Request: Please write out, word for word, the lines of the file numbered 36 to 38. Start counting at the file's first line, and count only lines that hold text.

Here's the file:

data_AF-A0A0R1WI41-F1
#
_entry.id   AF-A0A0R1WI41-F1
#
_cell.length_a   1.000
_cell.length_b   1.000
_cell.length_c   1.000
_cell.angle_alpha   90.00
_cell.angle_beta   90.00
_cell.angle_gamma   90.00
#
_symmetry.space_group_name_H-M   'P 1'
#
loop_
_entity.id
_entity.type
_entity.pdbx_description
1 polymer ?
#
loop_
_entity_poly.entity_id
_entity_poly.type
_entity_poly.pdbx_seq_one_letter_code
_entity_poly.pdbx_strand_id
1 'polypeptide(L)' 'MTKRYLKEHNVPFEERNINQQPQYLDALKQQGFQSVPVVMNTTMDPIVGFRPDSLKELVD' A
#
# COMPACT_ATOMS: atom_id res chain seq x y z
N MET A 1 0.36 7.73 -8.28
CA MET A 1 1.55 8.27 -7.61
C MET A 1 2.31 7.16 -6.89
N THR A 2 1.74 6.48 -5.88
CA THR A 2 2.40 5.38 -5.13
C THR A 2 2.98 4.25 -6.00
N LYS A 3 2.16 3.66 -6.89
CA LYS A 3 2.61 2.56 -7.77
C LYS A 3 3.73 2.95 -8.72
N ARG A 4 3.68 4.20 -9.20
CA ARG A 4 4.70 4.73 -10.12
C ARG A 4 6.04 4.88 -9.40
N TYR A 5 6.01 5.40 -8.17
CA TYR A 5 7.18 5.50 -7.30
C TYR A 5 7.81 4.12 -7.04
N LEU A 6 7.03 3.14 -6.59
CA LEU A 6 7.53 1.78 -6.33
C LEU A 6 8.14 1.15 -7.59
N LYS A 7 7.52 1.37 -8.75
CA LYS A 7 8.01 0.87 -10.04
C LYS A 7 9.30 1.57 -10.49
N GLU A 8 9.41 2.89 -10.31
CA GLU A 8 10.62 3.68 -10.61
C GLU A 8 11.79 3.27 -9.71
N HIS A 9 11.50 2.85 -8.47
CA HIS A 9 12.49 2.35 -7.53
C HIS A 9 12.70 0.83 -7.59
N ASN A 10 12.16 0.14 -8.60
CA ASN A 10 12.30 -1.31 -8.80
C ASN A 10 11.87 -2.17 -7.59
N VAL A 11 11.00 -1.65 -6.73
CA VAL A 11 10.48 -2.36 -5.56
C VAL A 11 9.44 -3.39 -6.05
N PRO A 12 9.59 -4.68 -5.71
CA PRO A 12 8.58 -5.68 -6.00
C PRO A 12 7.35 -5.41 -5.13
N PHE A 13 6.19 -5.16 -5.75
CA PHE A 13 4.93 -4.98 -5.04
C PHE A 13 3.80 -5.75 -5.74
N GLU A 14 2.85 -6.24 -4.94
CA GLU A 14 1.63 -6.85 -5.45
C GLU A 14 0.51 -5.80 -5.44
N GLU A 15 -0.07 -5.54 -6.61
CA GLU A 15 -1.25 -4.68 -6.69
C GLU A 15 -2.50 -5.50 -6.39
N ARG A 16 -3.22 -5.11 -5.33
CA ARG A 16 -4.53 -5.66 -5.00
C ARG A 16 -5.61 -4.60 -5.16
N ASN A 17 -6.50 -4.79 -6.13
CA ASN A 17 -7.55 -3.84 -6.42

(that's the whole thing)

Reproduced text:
C LYS A 3 3.73 2.95 -8.72
N ARG A 4 3.68 4.20 -9.20
CA ARG A 4 4.70 4.73 -10.12